An unanticipated shift to an expansionary monetary policy will NOT lead to: A) more rapid economic growth, an accelerated inflation rate, and lower real interest rates. B) more expensive domestic products, which reduces exports. C) an appreciating domestic currency.
Unanticipated expansionary monetary policy will lead to both A) and B). So C) is the answer.
B If anything, expansionary monetary policy should lead to inflation, thus to comparatively cheaper products. As for C, my guess is that in the short term you can fuel your economy with an expansionary policy, so you produce and export more, so the others need more of your money to buy your products… something along these lines… So what is it?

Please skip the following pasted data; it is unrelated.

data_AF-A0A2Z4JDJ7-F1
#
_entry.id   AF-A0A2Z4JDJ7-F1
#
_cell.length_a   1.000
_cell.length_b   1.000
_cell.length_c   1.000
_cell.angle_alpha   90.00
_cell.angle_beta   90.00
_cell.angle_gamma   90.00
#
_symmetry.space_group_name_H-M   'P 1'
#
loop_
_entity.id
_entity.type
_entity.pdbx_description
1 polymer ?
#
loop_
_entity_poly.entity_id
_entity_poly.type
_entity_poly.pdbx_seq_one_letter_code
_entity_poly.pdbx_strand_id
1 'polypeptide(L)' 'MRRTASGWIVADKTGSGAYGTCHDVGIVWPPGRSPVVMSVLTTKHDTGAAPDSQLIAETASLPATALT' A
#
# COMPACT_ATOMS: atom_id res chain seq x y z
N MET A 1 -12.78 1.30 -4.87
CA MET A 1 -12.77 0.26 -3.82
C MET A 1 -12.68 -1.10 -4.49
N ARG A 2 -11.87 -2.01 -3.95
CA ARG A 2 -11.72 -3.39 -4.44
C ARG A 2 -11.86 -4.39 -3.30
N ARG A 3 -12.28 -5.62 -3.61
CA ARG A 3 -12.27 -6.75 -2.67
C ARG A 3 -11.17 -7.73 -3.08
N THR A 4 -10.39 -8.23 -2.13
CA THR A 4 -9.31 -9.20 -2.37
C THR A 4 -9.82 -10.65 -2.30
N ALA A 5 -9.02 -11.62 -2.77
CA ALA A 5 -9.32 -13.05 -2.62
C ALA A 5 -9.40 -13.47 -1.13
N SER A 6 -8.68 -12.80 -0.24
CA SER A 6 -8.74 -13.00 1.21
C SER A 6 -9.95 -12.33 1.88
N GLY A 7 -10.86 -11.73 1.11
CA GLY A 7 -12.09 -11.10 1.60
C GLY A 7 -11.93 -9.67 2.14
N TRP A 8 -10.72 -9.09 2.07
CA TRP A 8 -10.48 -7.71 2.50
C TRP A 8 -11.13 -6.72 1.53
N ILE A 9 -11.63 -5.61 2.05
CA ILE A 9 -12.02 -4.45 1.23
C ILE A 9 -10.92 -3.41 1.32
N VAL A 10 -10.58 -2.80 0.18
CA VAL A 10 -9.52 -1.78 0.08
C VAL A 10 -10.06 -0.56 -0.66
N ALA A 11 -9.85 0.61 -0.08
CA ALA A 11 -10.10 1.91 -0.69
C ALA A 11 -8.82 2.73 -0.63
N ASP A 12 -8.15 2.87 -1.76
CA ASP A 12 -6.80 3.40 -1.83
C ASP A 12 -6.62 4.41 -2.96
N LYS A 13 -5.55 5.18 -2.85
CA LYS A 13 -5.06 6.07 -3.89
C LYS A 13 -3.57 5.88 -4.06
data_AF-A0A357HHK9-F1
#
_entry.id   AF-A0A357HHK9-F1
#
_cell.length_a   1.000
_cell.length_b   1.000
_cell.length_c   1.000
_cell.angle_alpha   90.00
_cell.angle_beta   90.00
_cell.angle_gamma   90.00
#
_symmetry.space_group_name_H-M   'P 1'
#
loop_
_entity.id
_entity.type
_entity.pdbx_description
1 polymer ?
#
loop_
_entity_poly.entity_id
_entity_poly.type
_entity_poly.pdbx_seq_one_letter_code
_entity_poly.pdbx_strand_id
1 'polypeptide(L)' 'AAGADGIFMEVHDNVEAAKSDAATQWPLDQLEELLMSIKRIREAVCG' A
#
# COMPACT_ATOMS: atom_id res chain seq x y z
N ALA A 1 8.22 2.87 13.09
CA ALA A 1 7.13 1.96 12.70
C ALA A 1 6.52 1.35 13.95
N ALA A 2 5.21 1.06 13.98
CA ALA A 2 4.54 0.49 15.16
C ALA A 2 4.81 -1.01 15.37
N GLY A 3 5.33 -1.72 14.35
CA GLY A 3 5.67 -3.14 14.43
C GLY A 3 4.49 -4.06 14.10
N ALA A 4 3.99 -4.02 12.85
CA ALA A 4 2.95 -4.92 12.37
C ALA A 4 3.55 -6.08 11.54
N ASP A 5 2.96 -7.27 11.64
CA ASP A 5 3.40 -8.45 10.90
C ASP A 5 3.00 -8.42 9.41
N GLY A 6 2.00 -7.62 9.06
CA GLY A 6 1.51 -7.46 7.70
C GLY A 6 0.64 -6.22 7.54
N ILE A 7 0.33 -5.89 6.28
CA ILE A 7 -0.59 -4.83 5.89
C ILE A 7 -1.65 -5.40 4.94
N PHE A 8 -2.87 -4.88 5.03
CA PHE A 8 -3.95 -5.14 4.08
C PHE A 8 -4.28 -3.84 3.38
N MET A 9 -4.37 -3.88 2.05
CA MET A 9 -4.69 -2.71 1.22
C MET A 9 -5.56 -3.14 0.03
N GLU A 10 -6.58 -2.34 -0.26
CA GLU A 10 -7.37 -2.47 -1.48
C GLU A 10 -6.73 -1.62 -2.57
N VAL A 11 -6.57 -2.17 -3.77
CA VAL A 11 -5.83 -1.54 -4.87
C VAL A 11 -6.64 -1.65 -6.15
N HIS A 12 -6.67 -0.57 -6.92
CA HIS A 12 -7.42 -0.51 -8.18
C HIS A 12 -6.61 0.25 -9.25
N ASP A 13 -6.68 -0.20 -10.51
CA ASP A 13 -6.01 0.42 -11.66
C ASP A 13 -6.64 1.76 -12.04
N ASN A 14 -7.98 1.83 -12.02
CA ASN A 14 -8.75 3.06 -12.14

Spot on cpk. I thought that B and C contradicted each other really - if the currency is depreciating, then surely you wouldn’t have a reduction in exports? The correct answer was C) an appreciating domestic currency. An unanticipated expansionary monetary policy will not lead to an appreciating domestic currency. Higher inflation will increase prices of domestic products and make them unattractive to foreigners. As a result, foreigners will reduce their demand for domestic products and will not demand the domestic currency as much as before. Coupled with declining foreign investment, which will also lead to reduced demand for the domestic currency, the domestic currency value will fall relative to other currencies.